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33 Cards in this Set

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besides diphtheria, what can cornebacterium diphtheria cause?
charac of Corynebacteria genus
G+ (pleomorphic)
coryneform (club shaped)
normally harmless; inhabit nasopharynx, URT, GI, skin (except C. diphtheria)
virulence factors for C. diphtheria
Diphtheria toxin (DT)
charac of the diphtheria toxin (DT)
AB exotoxin
inhibit protein syn
encoded on lysongenized bacteriophage
how is DT regulated?
DTxR (iron dependent repressor); encoded on chromosome
low iron levels, DTxR inactive, DT gene active
high iron levels bind DTxR-> active, DT gene NOT active
what is the DT receptor? where does DT do its damage and how?
receptor: HB-EGF (heparin-binding epidermal GF)
DT must enter to cell to inhibit protein syn in cytoplasm
DT binds R (B portion), endocytosed -> endosome, Furin cleaves B subunit; A subunit is translocated to cytoplasm
pathogenesis of diphtheria
can be carried for months after infection
asx carriers
unvaccinated hosts
respiratory spread
clinical disease for respiratory diphtheria
2-6 days incubation
intial damage due to exotoxin; prod pseudomembrane
self-resolving ~1 week
what is pathognomic for diphtheria?
pseudomembrane- tough, fibrous exudate
filled with PMNs, necrotic spithelial cells, RBCs, bacteria
covers tonsils, uvula, palate
what is one major way to distinguish between strep pyogenes and c. diphtheria?
type of exudate
s. pyogenes: tonsillar, milky white
diphtheria: pseudomembrane
how does the exotoxin (DT)enter the system and spread?
absorbed through mucosa; carried through circulation
what are some other ex of diphtheria infections (not respiratory)?
nasal diphtheria (mild, chronic)
cutaneous diphtheria (via contact; more common than resp; chronic ulcer)
complications of diphtheria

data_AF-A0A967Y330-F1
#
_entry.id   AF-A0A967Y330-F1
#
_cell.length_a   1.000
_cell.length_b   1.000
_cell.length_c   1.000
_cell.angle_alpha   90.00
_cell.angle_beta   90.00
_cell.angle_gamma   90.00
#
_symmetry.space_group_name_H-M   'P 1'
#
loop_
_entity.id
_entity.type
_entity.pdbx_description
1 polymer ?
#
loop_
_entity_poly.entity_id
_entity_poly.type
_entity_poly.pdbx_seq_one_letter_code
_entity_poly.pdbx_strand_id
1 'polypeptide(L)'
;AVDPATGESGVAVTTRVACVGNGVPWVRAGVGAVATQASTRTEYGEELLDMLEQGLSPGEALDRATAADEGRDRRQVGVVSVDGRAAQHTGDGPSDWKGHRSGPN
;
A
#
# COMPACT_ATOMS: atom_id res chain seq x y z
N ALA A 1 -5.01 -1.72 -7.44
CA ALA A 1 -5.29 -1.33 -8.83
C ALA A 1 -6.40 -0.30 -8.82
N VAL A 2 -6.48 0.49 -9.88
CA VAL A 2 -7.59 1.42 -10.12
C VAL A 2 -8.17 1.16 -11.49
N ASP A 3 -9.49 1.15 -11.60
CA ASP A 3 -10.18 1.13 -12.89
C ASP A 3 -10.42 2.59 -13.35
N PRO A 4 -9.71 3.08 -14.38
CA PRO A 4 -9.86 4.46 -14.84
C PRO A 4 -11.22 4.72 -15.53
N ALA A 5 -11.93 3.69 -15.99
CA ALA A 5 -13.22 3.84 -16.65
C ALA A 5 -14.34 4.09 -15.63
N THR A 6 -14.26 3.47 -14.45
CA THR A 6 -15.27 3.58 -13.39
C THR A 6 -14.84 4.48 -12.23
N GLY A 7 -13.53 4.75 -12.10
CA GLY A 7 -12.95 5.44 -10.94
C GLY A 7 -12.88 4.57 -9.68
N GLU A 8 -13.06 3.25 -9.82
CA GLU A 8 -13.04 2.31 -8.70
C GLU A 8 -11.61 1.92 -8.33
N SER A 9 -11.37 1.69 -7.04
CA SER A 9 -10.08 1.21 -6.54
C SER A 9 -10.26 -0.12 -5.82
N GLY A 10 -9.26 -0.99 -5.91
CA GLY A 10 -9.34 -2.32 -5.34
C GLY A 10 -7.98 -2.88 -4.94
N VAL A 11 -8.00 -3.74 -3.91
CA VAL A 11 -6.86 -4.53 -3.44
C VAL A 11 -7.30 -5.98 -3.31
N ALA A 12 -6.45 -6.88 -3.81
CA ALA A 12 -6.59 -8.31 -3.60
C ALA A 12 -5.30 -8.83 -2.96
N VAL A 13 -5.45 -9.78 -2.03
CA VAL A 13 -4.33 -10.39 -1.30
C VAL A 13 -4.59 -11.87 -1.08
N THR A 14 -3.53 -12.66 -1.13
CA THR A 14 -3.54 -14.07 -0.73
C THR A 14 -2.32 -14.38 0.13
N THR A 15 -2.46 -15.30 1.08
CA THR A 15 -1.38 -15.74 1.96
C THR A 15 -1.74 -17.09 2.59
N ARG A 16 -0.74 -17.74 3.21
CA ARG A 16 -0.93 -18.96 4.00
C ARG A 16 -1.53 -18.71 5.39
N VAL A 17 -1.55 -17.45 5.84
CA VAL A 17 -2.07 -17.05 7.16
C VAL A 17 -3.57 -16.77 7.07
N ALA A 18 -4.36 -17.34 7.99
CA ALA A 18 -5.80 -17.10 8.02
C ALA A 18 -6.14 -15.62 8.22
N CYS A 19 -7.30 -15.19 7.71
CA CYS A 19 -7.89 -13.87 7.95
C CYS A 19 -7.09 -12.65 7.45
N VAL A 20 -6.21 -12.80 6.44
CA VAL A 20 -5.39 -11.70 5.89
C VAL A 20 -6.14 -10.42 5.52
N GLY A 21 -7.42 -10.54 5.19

obstructed breathing
cardiac arrhythmias
neuritis, peripheral neuropathy, motor paralysis
death (10-30%)
signs of diphtheria
gross swelling, congestion of pharyngeal, tonsillar area
"dirty white" exudate
"Bull neck"- perglandular edema (cheek to neck)
what type of lab diagnosis us unreliable for diphtheria and why?
microscopy- FN AND FP
many normal flora look similar; some diphtheria dont produce exotoxin
lab diagnosis of c. diphtheria
culture and Elek test (for toxin)
selective medium (potassium tellurite medium)- inhibits growth norm flora
corynebacteria prod gray/black colonies
what is the test for DT?
Elek test: immunodiffusion assay based on IC formation at equivalence pt
precipitation indicates presence of toxin
what is the treatment for diphtheria?
antitoxin admin early (passive)
penicillin, erythromycin
respiratory support
preventing diphtheria
DPT (toxoid) vaccine with boosters (b/c whole, inactivated)
contacts to infected should receive boosters (prevents 2ndary spread)
charac of bortedella pertussis
G- coccobacillus
sensitive to drying?
epidemiology of b. pertussis
humans only reservoir
aerosol/direct contact transmission
part of DPT vaccine
still endemic
why is b. pertussis still endemic even with vaccine?
immunity wanes in adults
lack of immunization in children
in addition to b. pertussis what are 2 other causes of whooping cough?
B. parapertussis
B. bronchiseptica
virulence factors for B. pertussis
ADHESINS: FHA (filamentous hemagglutination), pertactin, pertussis toxin
also, tracheal cytotoxin
what do FHA and pertactin bind?
contain RGD sequences to bind integrins on host cells
what is the mxn for pertussis toxin?
AB toxin
heat labile
A (S1) unit: ADP ribosyl
transferase; activated in host mbr; transfers ADP to Gi subunit turning it off-> no inhibition of adenylate cyclase-> too much cAMP
what is the mxn of the tracheal cytotoxin from b. pertussis?
subunit of PG
inhibit DNA syn
kills ciliated cells in resp
incr IL-1 (fever)
pathogenesis of whooping cough
paroxysmal cough
clinical disease in whooping cough
7-10 day incubation
3 stages:
1. catarrhal (1-2 weeks): very contagious b/c presents as common cold (rhinorrhea, sneezing, low fever)
2. paroxysmal (2-4 weeks):ciliated epithelium destroyed, impaired mucus drainage, "whoop" on inspiration, leukocytosis
3. convalescent: may have 2ndary complications (pneumonia, seizures, encephalopathy)
lab diagnosis of b. pertussis
microscopy: FP
culture: CCBA medium (charcoal, cephalexin blood agar; Bordet-Gengou, Regan-Lowe; selective b/c antibiotic inhibits growth norm flora)
describe the serology for diagnosis of B. pertussis
antiserum agglutination
depends on titers of Ig against pertussis toxin and Hemagglutinin
req 2 titers (acute and convalescent serum)- must have 4x increase in Ig to the toxin to say it is responsible for disease
compare serial dilutions for acute and convalescent
tx of pertussis
primarily supportive
<1% req hydration, O2, steroids (babies, elderly)
preventin and control of pertussis
DPT- whole inactivated
DaPT- multivalent acellular (uses virulence factors; adhesins); less side effects
erythromycin prophylaxis to contacts or young kids to prevent relapsel; admin in catarrhal stage may lessen duration/severity